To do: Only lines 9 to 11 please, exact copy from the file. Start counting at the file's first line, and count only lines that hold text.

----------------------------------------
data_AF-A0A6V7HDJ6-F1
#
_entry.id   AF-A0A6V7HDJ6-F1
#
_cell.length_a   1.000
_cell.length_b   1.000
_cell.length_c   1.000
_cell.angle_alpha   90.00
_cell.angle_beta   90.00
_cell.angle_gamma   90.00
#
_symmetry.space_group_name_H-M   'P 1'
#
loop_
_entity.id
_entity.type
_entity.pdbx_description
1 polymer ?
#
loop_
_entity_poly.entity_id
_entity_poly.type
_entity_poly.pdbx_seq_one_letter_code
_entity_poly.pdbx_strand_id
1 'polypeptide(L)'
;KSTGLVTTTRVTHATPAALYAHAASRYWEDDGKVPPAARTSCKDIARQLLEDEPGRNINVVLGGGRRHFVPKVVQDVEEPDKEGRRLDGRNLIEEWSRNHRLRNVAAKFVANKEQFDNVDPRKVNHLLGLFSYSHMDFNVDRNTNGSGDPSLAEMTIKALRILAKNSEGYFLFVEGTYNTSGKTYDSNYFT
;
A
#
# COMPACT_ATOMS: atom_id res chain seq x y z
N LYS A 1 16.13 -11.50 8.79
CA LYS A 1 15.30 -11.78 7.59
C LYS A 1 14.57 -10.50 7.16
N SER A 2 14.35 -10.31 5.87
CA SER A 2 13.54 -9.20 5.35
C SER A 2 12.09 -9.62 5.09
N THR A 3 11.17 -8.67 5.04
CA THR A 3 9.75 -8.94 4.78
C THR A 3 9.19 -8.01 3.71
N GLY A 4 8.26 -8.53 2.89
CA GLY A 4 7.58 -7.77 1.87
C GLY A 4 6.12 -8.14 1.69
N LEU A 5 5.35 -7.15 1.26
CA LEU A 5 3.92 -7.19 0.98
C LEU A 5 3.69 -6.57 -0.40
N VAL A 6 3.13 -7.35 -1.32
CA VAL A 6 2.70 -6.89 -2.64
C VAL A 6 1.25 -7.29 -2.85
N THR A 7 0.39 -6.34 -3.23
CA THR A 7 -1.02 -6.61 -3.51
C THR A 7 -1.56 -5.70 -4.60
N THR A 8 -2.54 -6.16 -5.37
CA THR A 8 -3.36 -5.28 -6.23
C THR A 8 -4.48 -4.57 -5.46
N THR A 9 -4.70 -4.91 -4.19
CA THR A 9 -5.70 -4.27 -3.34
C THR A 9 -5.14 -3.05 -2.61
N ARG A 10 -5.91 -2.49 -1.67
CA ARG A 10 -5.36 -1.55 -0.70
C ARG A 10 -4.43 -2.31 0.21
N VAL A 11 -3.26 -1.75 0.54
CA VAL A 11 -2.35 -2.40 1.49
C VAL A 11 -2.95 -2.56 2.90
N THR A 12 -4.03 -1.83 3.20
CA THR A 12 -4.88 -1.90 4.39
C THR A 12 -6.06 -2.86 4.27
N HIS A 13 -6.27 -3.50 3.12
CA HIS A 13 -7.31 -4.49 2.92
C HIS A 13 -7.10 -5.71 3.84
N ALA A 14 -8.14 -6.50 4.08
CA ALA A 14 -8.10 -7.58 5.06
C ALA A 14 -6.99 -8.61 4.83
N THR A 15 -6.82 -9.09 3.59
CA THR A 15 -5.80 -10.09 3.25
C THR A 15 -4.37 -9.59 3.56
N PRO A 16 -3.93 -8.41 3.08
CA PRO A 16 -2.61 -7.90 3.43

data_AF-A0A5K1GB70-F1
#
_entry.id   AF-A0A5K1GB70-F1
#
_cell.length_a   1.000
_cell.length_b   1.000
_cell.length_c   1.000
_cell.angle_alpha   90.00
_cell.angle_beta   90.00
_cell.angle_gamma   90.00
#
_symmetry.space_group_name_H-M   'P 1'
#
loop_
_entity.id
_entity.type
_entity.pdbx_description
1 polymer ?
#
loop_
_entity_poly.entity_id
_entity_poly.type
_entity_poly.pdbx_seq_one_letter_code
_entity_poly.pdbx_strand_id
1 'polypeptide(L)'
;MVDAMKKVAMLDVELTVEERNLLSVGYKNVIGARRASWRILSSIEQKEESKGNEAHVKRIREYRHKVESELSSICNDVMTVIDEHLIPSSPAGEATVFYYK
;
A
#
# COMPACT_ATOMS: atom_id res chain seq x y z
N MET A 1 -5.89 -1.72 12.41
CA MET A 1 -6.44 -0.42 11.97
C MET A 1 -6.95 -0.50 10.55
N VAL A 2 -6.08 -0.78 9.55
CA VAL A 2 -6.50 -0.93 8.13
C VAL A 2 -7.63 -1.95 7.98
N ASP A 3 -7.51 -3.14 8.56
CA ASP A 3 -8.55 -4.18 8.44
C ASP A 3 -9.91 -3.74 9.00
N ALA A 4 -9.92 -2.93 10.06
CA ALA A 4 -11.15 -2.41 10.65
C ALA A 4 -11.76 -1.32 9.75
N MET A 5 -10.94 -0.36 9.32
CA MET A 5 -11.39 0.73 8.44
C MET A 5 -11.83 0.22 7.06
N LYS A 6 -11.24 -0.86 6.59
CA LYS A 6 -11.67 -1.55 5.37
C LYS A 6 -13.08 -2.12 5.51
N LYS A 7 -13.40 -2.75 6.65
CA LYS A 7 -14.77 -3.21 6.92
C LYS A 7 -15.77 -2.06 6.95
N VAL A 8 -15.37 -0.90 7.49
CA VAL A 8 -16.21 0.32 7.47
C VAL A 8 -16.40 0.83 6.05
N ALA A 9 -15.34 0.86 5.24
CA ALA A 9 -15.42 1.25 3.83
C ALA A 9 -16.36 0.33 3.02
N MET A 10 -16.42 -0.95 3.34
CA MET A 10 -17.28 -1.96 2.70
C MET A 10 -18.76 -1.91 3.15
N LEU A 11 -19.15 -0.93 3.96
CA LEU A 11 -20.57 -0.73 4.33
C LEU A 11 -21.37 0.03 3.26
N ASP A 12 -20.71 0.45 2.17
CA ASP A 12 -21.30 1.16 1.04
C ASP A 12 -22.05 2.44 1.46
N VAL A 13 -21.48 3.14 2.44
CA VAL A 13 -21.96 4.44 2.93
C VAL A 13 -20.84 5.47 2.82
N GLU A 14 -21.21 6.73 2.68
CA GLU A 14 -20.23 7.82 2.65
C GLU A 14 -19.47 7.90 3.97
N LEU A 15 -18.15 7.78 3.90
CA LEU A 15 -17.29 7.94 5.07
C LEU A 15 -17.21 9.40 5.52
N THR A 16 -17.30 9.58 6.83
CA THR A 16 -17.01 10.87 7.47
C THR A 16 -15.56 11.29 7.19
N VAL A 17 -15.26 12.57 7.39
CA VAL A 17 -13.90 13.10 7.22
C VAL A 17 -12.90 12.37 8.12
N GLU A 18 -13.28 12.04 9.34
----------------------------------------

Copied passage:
_cell.angle_beta   90.00
_cell.angle_gamma   90.00
#